Roem ran against Bob Marshall, who was a 13-term incumbent representative. Marshall is a self-described “chief homophobe” and was a sponsor on Virginia’s bill to end same sex marriage and Virginia’s bathroom bill.
Her campaign was notable for the discrimination she faced. Marshall consistently attacked Roem’s gender identity through his advertisements and she faced cissexism from some of the constituents in the district. She was also attacked by a conversion therapy advocate, who stated that Roem was trans because her father committed suicide and her grandfather failed to serve as an adequate role model for her. Roem stated she never wanted the focus to be about her gender identity, and instead focused mainly on traffic issues in the district that she had faced.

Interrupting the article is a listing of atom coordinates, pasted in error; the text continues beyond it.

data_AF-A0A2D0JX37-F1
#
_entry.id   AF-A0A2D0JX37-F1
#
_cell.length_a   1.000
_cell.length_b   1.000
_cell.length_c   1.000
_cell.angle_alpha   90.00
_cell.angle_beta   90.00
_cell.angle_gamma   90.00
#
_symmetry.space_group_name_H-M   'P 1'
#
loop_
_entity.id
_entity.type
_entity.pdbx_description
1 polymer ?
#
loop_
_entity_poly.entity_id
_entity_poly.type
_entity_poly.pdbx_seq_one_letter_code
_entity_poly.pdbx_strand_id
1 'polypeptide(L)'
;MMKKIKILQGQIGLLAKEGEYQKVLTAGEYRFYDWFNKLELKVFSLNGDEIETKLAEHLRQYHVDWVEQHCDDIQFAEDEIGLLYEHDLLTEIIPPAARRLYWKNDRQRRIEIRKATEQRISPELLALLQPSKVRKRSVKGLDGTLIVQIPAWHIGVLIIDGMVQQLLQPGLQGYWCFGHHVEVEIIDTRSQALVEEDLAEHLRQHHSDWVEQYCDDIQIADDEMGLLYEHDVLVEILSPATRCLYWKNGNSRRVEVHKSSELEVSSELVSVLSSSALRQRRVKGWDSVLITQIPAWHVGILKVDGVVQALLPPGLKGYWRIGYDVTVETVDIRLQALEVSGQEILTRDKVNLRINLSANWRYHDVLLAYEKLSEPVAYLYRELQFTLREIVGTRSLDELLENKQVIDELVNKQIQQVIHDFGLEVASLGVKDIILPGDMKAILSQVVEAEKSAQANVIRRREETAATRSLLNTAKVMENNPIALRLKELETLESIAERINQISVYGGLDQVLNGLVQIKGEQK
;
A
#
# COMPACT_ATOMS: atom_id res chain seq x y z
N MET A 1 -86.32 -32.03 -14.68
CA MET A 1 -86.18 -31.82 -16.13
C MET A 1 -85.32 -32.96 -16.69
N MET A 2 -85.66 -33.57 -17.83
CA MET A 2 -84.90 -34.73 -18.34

Orlando Cruz is a professional boxer, originally from Puerto Rico. Orlando, whose nickname is “The Phenomenon,” started boxing at the age of 7, in order to gain discipline and to stop fighting his bullies on the street.
He trained for many years as a fighter and in 2000 he joined the Puerto Rican team competing in the Sydney Olympics. He began boxing professionally in December of that same year in a bout in Puerto Rico, which he won. For the next nine years, Orlando remained undefeated. He is currently ranked #4 by the World Boxing Organization in the featherweight category.
In 2012, he officially came out as a gay man, making him one of the few professional athletes to come out while still actively involved in his sport. After doing so, he wore a kilt with the Puerto Rican and rainbow flag in his next match, in order to show his pride for his two communities. Orlando has noted that coming out has helped him to feel more free and to become a better boxer.
[For more icons everyone should know head over to LGBT History Month.]